Seasonal low brought forward
During winter in Canberra, seasonally lower listing volumes occur. This is because Canberra homeowners have historically shown preference to sell their homes during the warmer months even though these periods have increased competition.
Seller activity has decreased significantly since government restrictions prevented public auctions and open homes. Even as we have seen restrictions relax, weekly new established listings on Allhomes have reduced by 40.12% since the week ending 27 March. This has effectively brought forward seasonally lower listing volumes by nine weeks.
On Saturday 6 June, Canberra recorded a preliminary auction clearance rate of 64%. Sales volume was exceptionally low, only nine properties sold on the day, collectively achieving a sales value of $8,400,000.
For those who are choosing to sell now, results are mixed. SQM Research found the number of properties advertised for less than 60 days had decreased month on month to May. Over the same period, the number of properties advertised for 60-180+ days increased. This indicates there is buyer demand, however it’s price sensitive, leaving ambitious sellers stranded and isolated from the market.
Incentives to buy pique buyer’s interest
From 4 June 2020 until 30 June 2021, eventual owner occupiers have significant incentives to consider purchasing new properties. The ACT Government has offered to waive stamp duty for eventual owner occupiers purchasing new single residential blocks of land. Owner occupiers buying off-plan apartments and townhouses with a purchase price up to $500,000 will also have their stamp duty waived or reduced by $11,400 for purchases between $500,001-$750,000.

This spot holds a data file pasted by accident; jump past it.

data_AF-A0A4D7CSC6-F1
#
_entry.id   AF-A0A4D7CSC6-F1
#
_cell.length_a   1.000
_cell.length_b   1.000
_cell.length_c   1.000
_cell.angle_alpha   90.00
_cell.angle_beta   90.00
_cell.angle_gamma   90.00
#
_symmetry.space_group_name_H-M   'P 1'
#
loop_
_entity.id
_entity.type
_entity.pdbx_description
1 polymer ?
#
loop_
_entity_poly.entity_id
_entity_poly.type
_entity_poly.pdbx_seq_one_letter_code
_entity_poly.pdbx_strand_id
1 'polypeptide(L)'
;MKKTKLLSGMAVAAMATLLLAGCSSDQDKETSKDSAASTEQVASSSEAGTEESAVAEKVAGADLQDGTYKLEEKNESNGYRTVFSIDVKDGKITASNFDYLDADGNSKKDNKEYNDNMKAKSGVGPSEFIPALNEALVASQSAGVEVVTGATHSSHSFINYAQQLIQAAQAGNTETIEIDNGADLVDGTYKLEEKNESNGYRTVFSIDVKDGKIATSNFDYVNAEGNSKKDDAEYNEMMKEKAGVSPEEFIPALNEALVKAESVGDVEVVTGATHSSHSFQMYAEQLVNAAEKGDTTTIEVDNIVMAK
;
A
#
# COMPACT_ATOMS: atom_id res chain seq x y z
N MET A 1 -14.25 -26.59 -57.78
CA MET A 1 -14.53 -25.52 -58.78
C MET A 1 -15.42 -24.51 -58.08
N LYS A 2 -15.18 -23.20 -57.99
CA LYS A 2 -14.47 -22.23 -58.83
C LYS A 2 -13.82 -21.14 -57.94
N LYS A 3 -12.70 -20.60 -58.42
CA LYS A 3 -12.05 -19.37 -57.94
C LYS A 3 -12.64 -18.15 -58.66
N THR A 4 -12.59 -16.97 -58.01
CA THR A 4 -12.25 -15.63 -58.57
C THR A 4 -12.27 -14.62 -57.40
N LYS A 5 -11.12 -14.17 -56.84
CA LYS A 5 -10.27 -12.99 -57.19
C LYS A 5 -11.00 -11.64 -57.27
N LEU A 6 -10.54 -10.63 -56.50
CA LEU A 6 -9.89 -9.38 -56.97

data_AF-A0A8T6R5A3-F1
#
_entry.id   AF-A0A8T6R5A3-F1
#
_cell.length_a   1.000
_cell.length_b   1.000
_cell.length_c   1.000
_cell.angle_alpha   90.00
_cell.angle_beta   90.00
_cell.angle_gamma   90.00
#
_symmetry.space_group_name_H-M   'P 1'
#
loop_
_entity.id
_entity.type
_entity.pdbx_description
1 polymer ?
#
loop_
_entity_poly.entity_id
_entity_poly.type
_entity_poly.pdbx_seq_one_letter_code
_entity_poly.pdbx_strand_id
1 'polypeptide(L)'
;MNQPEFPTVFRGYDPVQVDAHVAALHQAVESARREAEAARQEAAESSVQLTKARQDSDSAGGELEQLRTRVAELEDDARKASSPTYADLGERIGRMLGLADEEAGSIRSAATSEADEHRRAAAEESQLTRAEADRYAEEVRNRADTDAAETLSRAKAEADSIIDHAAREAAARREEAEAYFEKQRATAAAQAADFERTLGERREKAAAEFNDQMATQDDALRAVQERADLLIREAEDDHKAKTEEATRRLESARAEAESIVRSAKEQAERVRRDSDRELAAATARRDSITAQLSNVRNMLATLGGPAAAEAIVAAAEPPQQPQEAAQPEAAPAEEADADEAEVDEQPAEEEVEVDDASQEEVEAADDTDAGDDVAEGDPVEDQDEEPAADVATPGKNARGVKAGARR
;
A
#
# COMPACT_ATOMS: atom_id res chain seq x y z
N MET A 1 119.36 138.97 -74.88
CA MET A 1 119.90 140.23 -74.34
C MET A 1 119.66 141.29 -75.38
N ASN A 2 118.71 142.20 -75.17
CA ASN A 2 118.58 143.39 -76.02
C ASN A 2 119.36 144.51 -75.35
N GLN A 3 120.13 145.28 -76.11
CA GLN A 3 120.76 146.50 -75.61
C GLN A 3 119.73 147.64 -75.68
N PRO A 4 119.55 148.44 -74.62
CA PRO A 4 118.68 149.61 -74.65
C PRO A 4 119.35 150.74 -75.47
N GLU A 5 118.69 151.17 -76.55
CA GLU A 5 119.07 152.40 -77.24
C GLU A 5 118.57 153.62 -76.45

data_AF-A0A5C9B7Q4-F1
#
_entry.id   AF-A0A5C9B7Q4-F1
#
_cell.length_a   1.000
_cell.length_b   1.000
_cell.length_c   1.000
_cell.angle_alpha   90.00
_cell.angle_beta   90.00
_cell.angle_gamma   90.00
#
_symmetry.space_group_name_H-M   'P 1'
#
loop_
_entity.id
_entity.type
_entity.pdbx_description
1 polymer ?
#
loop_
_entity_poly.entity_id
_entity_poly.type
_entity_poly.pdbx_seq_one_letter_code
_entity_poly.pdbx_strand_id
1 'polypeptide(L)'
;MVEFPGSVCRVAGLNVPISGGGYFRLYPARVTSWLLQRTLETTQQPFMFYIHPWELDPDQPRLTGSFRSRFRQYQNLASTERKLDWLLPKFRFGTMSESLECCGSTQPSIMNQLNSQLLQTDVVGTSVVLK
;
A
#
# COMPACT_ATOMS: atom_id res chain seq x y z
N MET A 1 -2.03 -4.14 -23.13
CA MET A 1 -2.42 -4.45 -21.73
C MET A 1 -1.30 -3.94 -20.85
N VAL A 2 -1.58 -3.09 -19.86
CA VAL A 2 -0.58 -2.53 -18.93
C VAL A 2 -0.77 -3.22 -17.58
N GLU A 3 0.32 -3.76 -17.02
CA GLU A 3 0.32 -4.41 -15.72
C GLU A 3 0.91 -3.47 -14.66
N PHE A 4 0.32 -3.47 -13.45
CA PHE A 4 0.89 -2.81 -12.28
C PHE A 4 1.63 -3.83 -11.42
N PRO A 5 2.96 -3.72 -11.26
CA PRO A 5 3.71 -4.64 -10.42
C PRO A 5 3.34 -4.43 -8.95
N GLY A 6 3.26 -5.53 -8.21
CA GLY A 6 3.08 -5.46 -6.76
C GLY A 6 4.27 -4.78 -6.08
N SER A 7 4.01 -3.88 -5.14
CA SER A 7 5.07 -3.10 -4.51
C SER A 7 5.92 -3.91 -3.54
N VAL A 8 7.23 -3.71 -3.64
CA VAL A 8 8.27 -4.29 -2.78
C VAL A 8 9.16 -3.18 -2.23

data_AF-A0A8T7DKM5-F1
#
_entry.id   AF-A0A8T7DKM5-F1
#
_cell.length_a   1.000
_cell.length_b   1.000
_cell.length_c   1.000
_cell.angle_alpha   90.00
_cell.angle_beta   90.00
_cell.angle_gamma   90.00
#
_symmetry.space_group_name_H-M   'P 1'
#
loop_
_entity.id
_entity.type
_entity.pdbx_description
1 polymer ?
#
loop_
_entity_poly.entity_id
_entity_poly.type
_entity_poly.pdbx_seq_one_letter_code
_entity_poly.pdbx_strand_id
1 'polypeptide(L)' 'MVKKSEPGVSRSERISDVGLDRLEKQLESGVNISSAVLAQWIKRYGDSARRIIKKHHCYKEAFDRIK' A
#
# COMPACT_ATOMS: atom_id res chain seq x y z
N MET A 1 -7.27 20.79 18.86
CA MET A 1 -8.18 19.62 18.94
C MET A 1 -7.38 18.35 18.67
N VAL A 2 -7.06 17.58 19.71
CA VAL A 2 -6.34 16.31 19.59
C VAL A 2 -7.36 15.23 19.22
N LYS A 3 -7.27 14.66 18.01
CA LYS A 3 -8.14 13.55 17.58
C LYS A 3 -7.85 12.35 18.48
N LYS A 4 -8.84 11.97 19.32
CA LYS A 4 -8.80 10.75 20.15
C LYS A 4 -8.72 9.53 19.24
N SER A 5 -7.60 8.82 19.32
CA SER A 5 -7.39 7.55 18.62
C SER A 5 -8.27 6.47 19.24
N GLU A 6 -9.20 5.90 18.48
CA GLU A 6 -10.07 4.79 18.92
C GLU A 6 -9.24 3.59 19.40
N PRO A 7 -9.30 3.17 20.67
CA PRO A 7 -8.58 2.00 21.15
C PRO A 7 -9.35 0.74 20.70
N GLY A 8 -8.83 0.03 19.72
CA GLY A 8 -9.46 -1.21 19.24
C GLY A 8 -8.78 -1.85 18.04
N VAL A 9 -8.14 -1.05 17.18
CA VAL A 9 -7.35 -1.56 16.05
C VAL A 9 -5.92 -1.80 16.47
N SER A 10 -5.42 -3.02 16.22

The Federal Government also announced an incentive to buy new. Their $25,000 HomeBuilder Grant will apply to people building or renovating their homes, providing they meet strict conditions including means testing, personal contribution of funds for renovations, pre and end valuation of property and construction contract, and commencement within three months of contract date.
Since the announcement of these incentives, I have been inundated with buyer enquiries; buyers who had intended to buy anyway but now feel some urgency to make their decision and those seeking to buy as the incentives will help them. Those suddenly seeking to buy are often unaware they need to have either a 5% cash deposit or a deposit bond of 10% to exchange contracts. Therefore, offering $25,000 solely to those meeting the current means testing is ineffective.
In my opinion, both federal and ACT government incentives miss the mark in their application. On the basis they were put in place to stimulate the construction industry and keep construction workers employed, stamp duty concessions and HomeBuilder Grants should be applied for those buying investment properties and higher income earners. People in these demographics are more likely to have access to either the cash or equity required to be in the position to exchange contracts on a purchase or new build.
Lack of stock in the established market means those thinking of selling should consider their timing, as there is minimal competition right now. The grants and stamp duty reductions are a great gift from the government for those who qualify. A broader application of the incentives from both the ACT and federal governments could increase market demand significantly, which in turn would keep more construction workers employed.
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